Zalando to create 200 data science and engineering jobs in Dublin’s Silicon Docks

22 Apr 20151 Share

Data scientists and STEM graduates dust off your CVs, online fashion platform Zalando is moving to Dublin, hiring up to 200 people in the next three years.

The Berlin-based company has a presence in 15 European countries selling various types of clothing to around 15 million customers.

Now setting up its Fashion Insights Centre in Dublin, the company is looking to capitalise on the cluster of talent in the data science field, with R&D clearly key to its new operation.

“Understanding our customers, and gaining deep insights into their purchasing patterns and their behaviour online means we can provide them with a personalised and compelling offering,” said Robert Gentz, co-founder of Zalando.

“Investing to understand these insights has driven our growth since the earliest days of our company and has been the key to our success. The new Zalando Fashion Insights Centre in Dublin will play a major role as we continue to lead online fashion and grow our presence across Europe.”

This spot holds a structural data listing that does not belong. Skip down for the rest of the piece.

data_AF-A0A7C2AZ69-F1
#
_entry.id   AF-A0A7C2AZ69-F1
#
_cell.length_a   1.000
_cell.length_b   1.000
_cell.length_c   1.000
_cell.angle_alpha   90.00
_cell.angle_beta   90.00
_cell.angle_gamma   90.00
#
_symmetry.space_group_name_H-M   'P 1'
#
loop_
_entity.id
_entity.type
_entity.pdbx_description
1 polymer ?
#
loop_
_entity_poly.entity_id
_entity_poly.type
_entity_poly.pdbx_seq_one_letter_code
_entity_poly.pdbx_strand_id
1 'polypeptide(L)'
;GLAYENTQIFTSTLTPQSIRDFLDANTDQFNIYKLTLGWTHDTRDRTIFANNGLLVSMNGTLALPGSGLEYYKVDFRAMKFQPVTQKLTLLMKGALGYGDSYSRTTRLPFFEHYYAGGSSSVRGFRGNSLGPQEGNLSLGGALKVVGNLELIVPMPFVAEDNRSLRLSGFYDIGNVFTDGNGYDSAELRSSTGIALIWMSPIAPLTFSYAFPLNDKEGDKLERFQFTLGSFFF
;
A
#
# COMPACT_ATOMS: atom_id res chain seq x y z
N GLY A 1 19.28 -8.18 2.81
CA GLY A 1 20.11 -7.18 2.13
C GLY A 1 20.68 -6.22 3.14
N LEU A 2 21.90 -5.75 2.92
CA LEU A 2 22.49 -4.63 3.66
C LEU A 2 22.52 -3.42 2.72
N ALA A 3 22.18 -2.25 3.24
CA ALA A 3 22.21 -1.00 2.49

“We will offer graduates and experienced people the opportunity to work on exciting engineering and data science challenges,” said Eric Bowman, VP Engineering at Zalando.

The company recently posted its best-ever Q1 results, with revenues of nearly €650m which was almost 30pc up on its previous year.

“We’re looking for the best engineers and data scientists in Dublin, Europe and the world, people who thrive on solving hard problems and delivering impact,” said Bowman.

“We want independent thinkers, brilliant executioners, people who love a challenge, working on deep problems and working with the smartest people, while creating a great team culture.”

Fashion shopping image, via Shutterstock

Gordon Hunt
By Gordon Hunt

Gordon joined Silicon Republic in October 2014 as a journalist, moving on to a new position as senior communications and content executive at NDRC in August 2017. Unafraid of heights or spiders, Gordon spends most of his time avoiding conversations about music, appreciating even the least creative pun and rueing the day he panicked when meeting Paul McGrath. His favourite thing on the internet remains the ‘Random Article’ link on Wikipedia.

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